Then I received a PM.
I responded back asking which APC40 they were using, I asked for their e-mail but then something stuck out to me. “rude_NHS” is an anagram of “Ned Rush” who is a developer for Isotonik. I replied back that I was uncomfortable sending my code to a commercial outfit. I don’t want to commercial developers a crack at my code before a general release to the community. He let it sit, and then I received a new message:rude_NHS wrote: Hey man. Where can I try out your dj template? I have the isotonik one too but am having the same issues you speak of.
The discussion turned to open sourcing, why we should or shouldn’t, and what I am doing wrong in using their software. By now I felt bad vibes stemming from the “pretending to be someone else to get your template” thing that Ned had pulled initially. I said that we ought to open all of these things up, that we can all collaborate. I suppose my last sentence sent to Ned is my thesis statement:rude_NHS wrote: Just so you know, me and Darren worked on this range for five years. If you've lifted any of my code for a device you making free to the public, then I won't be happy.
That was the end of the conversation.19oclock wrote: My efforts are in direct response to something sold to me that was buggy, a resource hog, contained advertisements (bloatware), and didn't suit my needs. The community deserves better.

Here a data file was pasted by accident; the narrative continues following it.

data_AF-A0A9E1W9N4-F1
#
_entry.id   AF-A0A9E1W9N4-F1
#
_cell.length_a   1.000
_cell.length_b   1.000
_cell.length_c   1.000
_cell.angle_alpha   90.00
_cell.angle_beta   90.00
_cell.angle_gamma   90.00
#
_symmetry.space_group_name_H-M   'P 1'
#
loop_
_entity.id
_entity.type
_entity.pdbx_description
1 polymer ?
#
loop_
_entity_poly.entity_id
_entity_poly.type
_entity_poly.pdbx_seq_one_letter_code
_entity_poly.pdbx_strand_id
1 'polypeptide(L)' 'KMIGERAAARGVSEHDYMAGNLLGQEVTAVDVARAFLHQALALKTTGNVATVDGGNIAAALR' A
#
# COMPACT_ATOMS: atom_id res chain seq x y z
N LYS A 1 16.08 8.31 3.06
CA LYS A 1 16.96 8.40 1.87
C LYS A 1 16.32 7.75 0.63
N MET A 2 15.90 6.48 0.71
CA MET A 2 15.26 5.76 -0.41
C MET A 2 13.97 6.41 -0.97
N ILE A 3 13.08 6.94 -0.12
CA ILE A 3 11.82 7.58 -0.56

I tried to be cool by not mentioning people/companies by name. I’ve received accusations of theft, duplicitous statements by a commercial developer to try and snag code, and dismay that I hadn’t heralded their product a miracle. I’m anxious about all of this. I’m anxious about doing something with a controller that Isotonik doesn’t even develop for. It sucks and I want to take a break from thinking about it.
I don’t know this community that well. I am a musician getting into DJing and electronic music production for fun. I’m sorry if I pissed people off by doing this. If Isotonik works sensationally for others, that’s awesome, but on all of my desktops and laptops it has been a kludge. A kludge of the highest order. It just doesn’t work for me. I need reliability and speed in a live setting.
Once more, I’m sorry if I upset the community or anyone with this. I hope that what I provide can be used as guidance to fellow developers trying to get their controllers to work the way they want. I was prompted to do this by the failings of existing commercial developers. I’m happy for it because I’ve learned a whole lot about coding within the context of Live. It just sucks that I came under fire for trying to do so in the first place.
Thanks to everyone who asked me questions, watched my video, and encouraged me along the way. If anyone has any questions or comments, please let me know.
Please see the download link below. Everything is packaged up in a .ZIP file to include the M4L device, .JS file to go alongside of it, and a quick Word file to explain setup.